Judy’s Affordable Vintage Fair arrived in Highfield on Saturday 11th February, providing Southampton students and locals the chance to shop for fashionable clothes and accessories of yesteryear at reasonable prices. Being not exactly the trendy type myself (is trendy even the trendy word now?) I headed to Garden Court to see what all the fuss was about.
The first thing I noticed was that there was plenty on offer besides clothing. Being comfortable in my customary Levi’s and Nike shoes I was happier browsing the pocket-watches and the stack of maps from the 1950s. But I was quickly drawn in to looking through the tweed jackets and old military uniforms. I spoke to some Southampton students to find out more.
English undergraduate Cat Olley told me she struggled to find quality vintage wear around Southampton so usually shopped in her home town of London. “Albert Road in Portsmouth is also worth a trip” I was informed. Her outfits are usually inspired by her love of sixties style and modern cultural icon Dita von Teese.
One seller that caught my eye had among other items a collection of old-fashioned smoking paraphernalia including an amazing brass globe which doubled as a cigarette dispenser. It was this that really pulled me in to the vintage idea – obviously anachronistic though it was I really wanted to buy it and give it pride of place in my Portswood flat. It just wouldn’t have looked right on the Ikea table though so I left it there and reluctantly moved on.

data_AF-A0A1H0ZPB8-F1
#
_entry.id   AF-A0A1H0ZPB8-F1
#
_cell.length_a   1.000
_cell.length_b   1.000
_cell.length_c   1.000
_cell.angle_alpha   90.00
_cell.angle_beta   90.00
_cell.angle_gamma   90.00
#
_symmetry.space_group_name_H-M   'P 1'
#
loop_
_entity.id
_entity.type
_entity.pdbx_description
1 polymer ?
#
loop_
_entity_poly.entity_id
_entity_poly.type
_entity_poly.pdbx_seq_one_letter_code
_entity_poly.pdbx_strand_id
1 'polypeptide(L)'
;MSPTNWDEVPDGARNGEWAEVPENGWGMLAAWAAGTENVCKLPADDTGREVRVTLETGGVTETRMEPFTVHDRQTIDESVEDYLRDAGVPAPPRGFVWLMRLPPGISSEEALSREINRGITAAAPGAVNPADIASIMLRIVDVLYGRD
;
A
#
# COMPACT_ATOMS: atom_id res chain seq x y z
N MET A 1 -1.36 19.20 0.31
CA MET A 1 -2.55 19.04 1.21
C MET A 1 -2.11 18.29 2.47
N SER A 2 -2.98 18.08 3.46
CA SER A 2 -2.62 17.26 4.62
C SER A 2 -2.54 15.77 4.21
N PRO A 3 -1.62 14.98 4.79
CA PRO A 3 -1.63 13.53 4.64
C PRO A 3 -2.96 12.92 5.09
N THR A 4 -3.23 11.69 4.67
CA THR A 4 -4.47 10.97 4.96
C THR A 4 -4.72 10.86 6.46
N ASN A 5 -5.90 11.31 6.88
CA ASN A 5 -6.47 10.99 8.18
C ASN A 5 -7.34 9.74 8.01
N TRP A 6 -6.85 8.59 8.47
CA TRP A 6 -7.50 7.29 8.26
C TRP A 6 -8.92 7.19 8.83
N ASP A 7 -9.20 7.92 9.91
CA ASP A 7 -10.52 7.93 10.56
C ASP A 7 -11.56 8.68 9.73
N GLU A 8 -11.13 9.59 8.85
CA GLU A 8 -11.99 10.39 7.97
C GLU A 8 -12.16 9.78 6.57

Continuing to peruse the stalls I was intrigued by Made at the Wishing Well and their charming collection of home made jewellery. “They’re handmade from toys” I was informed by stallholder Felicity. Among the wares were charm bracelets made from Monopoly playing pieces and one with tiny figures of characters from Snow White.
Chatting to Josh Adams and Nada Banna, chemistry and economics and management students respectively, Josh laughed when I asked if he’d found any bargains. “There’s lots of women’s stuff but not much here for men” he complained, before telling me H&M is the place he normally goes to find decent menswear at reasonable prices. Nada had found a necklace with a heart pendant that had taken her fancy.
I did agree with Josh’s observation. If tweed jackets aren’t entirely your thing, men, then Judy’s probably isn’t the place for you and perhaps a trip to Beatnik Emporium might yield more success. But I continued browsing having been pointedly reminded it was Valentine’s day in a few days and this might be the place to spot that unusual gift.
Francois Lewis and Holly Warren were having the opposite problem to male shoppers. “There’s too much choice!” I was gleefully told. They are regulars at vintage fairs and seemed delighted at all the bargains on offer, including an amazing patterned shirt that was a mere fiver. Shopping fanatics, the two of them were off to West Quay straight after Judy’s fair to continue looking at clothes.
As Judy’s vintage fair wound down I reflected upon the day. For a lot of the stallholders and some of the attendees, vintage is as much a way of life as it is a style. Katy O’Brien told me as she looked through some of the knitwear, “People flock to these vintage fairs to find bargains but they also find comfort in being reminded of a time of different values and a different pace of life.” I was starting to understand the yearning for all things retro, if not entirely ready to ditch the modern high street brands myself. It is a shame the event wasn’t better publicised and attended but for those who were there, a great afternoon’s shopping was had.